Bone microarchitecture in distal femur was scanned by eXplore Locus SP Pre-Clinical Specimen Micro-Computed Tomography (GE Healthcare, USA). The reconstruction and 3D quantitative analyses were performed by the desktop micro-computed tomography system. In the femora, the scanning regions were confined to the distal metaphysis, extending proximally 2.0 mm from the proximal tip of the primary spongiosa. The following 3D indices in the defined region of interest were analyzed, including relative bone volume over total volume (BV/TV, %), trabecular separation (Tb.Sp), trabecular number (Tb.N), trabecular thickness (Tb.Th), structure model index (SMI) and BMD[25,26]. The operator performing the scan analysis was blinded to the treatments revelant with the specimens.
Results were expressed as mean ± SEM. Data were evaluated using one-way analysis of variance (ANOVA) for post hoc comparisons (SPSS 13.0). The data that passed the homogeneity test were analyzed by the one-way ANOVA Least Significant Difference (LSD) test. Data that did not pass the homogeneity test were analyzed by the one-way ANOVA Dunnett’s T3 test . In all cases, p < 0.05 was considered statistically significant.
EA had no effects on body and uterine weight in OVX rats
The body weight of OVX rats was markedly increased from the 5th week after operation compared with the sham rats. E2 treatment could prevent increase in body weight, whereas EA (1, 5, and 15 mg/kg/day) had no effects on the body weight in OVX rats (Fig 1A). As predicted, the uterine weight of OVX significantly decreased, indicating the success of the surgical procedure. E2 treatment could prevent the decrease of uterine weight, whereas EA did not affect the uterine weight in the OVX rats (F(5, 54) = 19.245, p < 0.01, Dunnett’s T3 test; p = 0.001, OVX vs. Sham; p = 0.001, E2 vs OVX; Fig 1B).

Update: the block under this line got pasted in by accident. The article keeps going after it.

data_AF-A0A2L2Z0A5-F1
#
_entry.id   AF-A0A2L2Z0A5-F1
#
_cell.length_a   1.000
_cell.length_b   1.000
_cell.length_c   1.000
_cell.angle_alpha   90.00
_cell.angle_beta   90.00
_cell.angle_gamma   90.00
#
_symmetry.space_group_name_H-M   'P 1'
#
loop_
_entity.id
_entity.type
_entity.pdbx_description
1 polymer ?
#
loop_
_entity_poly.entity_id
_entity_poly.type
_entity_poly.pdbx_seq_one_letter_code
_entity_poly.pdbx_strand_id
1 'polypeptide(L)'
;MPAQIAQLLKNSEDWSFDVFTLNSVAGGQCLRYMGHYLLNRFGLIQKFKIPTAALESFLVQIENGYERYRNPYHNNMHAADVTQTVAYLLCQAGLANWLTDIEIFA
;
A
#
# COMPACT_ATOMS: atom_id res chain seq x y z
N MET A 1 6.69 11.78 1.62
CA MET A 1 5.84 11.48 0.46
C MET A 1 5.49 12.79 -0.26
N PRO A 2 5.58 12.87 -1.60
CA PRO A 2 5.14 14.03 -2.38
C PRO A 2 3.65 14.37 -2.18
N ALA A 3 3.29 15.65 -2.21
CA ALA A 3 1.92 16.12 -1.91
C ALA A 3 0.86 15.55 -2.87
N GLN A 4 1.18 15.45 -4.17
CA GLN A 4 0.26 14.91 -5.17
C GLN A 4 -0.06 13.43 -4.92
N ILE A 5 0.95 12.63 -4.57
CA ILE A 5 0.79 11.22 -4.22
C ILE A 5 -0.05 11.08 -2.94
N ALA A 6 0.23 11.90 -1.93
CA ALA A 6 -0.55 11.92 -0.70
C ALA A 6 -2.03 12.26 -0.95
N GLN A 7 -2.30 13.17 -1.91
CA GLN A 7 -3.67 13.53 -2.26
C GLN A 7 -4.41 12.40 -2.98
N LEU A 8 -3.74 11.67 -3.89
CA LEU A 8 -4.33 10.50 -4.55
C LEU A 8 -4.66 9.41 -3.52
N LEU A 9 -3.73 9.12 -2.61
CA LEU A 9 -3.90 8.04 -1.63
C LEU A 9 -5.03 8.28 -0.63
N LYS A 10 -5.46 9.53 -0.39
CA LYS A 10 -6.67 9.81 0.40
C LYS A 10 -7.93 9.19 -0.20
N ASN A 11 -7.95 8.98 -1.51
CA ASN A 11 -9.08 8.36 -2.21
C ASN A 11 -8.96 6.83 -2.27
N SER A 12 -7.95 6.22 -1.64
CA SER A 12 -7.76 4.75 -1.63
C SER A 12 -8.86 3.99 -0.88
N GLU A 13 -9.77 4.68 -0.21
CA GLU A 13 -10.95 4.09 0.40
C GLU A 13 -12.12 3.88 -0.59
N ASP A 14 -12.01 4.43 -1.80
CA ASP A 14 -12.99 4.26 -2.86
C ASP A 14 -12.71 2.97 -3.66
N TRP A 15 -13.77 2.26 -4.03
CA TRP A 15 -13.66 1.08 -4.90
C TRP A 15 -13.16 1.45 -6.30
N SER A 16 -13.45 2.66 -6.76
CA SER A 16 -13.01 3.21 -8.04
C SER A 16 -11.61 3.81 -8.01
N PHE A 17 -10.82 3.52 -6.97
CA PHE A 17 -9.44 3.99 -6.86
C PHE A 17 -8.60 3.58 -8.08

(A) Effects of E2 and EA on body weight. (B) The uterus index was represented as uterus weight divided by body weight. E2 (25 μg/kg/day); EA-L (1 mg/kg/day); EA-M (5 mg/kg/day); EA-H (15 mg/kg/day). n = 10; ** p < 0.01 vs OVX; ## p < 0.01 vs Sham.
EA improves biomechanical properties of bone
Three-point bending test was performed in the left femur to determine the bone strength. The extrinsic biomechanical property of the bone was evaluated by ultimate load and energy absorbed to failure, while elastic modulus and ultimate stress were assayed as intrinsic biomechanical parameters. As shown in Table 1, OVX induced a slight decrease in the levels of the maximum load and energy, but resulted in a significant decrease in the elastic modulus and maximum stress (F(5, 54) = 16.319, p < 0.01, Dunnett’s T3 test; p = 0.000, OVX vs Sham for elastic modulus; F(5, 54) = 2.827, p > 0.01, LSD test; p = 0.005, OVX vs Sham for maximum stress).The E2 and EA administration significantly prevented the decrease of elastic modulus induced by OVX (p = 0.009, E2 vs OVX; p = 0.006, EA-M vs OVX; p = 0.000, EA-H vs OVX; Table 1). As predicted, maximum stress was also significantly higher compared with the OVX group after EA and E2 treatment (p = 0.046, E2 vs OVX; p = 0.049, EA-M vs OVX; p = 0.045, EA-H vs OVX; Table 1). Lower dose of EA (1 mg/kg) had marginal effects on the biomechanical properties (p = 0.362, EA-L vs OVX for elastic modulus; p = 0.139, EA-L vs OVX for maximum stress; Table 1).